A Tradition of Cigar Smoking Among America’s Political Leaders – Part 1 of 2

by Kirby Amber on October 17, 2012

Cigar Smoking in Early AmericaDating back as early as the 10th century with the Mayans puffing on tobacco leaves bound up with string to Columbus’ first visit to the Americas in 1492 and discovering the natives smoking cylindrical bundles of twisted tobacco leaves wrapped in dried palm or corn husks, cigar smoking has been a beloved tradition by many through the years. And of the many, that would include notable people of American politics.

Since 2012 is a political year, what better time to blog about cigars and politics. For the first part of this two-part blog, I’m going to focus on cigar’s early history with political figures up until President Calvin Coolidge. In the early days of the White House, James Madison, the fourth U.S. president, was the first noted president to smoke cigars followed by Tennessean Andrew Jackson, the seventh president and his wife Rachel, who both loved smoking cigars. General Ulysses S. Grant was one of the most notable political figures of that time who had the biggest love affair with the mighty cigar. In fact, his consumption of cigars dramatically increased during the Civil War and continued later when he became the eighteenth U.S. president.

Then there was U.S. President Chester Arthur, the twenty-first president, who enjoyed his cigars after lavish midnight suppers in the White House and would smoke expensive imported cigars with a glass or two of Champagne. One-term president Benjamin Harrison smoked moderately and since he was a tobacconist from his hometown of Indianapolis, he would generously supply free cigars to the White House. President Herbert Hoover became a bit of a cigar chain smoker due to the stress and pressure of the Great Depression and the bigger and the stronger the cigar was, the better for him.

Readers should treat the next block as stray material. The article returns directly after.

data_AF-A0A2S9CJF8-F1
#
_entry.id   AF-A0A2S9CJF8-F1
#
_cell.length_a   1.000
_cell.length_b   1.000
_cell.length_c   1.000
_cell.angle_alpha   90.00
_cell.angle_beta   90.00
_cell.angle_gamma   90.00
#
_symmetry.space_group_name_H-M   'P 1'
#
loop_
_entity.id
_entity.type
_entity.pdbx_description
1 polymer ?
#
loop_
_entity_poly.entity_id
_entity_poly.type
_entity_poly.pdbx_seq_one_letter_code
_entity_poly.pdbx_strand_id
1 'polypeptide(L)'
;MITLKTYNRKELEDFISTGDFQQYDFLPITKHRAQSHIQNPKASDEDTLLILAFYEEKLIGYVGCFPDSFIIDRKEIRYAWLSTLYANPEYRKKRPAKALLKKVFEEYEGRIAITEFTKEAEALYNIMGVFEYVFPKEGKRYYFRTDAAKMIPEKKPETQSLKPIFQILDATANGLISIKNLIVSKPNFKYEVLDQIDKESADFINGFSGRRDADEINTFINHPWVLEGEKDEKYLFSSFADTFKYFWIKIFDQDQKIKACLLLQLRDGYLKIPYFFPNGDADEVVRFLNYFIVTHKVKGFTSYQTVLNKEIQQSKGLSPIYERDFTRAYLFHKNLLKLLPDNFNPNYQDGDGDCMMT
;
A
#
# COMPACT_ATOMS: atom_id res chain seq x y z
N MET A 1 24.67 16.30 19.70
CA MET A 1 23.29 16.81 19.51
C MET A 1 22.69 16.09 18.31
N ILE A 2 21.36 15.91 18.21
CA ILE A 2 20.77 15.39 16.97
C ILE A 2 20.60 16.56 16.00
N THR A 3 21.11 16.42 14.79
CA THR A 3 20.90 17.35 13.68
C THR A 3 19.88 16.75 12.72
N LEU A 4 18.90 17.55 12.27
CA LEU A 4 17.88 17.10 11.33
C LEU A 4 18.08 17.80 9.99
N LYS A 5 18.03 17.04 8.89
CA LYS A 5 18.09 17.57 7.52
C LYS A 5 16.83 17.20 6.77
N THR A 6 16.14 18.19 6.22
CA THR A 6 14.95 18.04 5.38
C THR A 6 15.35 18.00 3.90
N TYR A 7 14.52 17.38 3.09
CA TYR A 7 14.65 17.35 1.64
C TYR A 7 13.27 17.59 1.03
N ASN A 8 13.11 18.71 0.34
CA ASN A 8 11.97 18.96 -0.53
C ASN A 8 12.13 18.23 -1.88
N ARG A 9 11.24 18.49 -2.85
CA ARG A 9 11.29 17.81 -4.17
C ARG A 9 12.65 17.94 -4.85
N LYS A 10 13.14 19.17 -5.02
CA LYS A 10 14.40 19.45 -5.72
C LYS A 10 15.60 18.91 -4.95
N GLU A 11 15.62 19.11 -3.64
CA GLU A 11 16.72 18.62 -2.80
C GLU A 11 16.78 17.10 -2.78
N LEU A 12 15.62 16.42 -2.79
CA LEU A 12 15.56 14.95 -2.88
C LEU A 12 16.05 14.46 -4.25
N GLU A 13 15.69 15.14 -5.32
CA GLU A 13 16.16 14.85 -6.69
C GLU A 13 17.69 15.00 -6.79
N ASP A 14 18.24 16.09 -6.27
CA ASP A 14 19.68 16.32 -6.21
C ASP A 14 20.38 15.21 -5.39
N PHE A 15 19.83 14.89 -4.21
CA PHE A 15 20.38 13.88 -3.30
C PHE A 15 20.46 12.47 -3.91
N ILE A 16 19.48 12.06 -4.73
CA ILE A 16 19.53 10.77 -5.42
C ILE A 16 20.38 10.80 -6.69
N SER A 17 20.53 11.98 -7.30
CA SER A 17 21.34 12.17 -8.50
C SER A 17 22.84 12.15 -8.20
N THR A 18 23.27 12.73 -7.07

Lastly, during the 19th century, probably the most celebrated cigar smoker in politics was Calvin Coolidge, who used his cigar often as a prop and always to his advantage. After the dishes were cleared at early White House breakfasts, President Coolidge was known to pass around a box of quality cigars to each legislator. While it may have seemed a bit early for a smoke, no one dare turned a cigar down, and then legislation was presented and discussed and compromise was often reached by those in the room.

Now you can see that as a cigar smoker, you are in good company with some of our nation’s former political leaders. So enjoy your stogie and when your supply is low, don’t forget to replenish your stash from a reputable online retailer like BnB Tobacco that offers everything you would need in quality premium cigars, accessories–all at the best prices around.

Until next time…

About Kirby Amber

Kirby Amber has written 5 posts in this blog.

Kirby is a woman full of surprises. She has fond memories of her grandfather's after dinner cigars, and is on a quest to continue his tradition. She writes freelance for BNB Tobacco.

{ 1 comment… read it below or add one }

Rev. Cynthia Pape November 24, 2012 at 9:40 am

Dear Kirby: What a great article on famous political puffers! Let’s have more. In my town of Boston, it was traditional to pass around boxes, and boxes, and BOXES of cigars at wakes. Mayor James Curley, the notorious and beloved mayor used show up at wakes and console the mourners. I will make your website a favorite now. Love the information. Rev. Cynth
PS: I am a cigar and pipe smoker. I’m a Rocky Patel fan.

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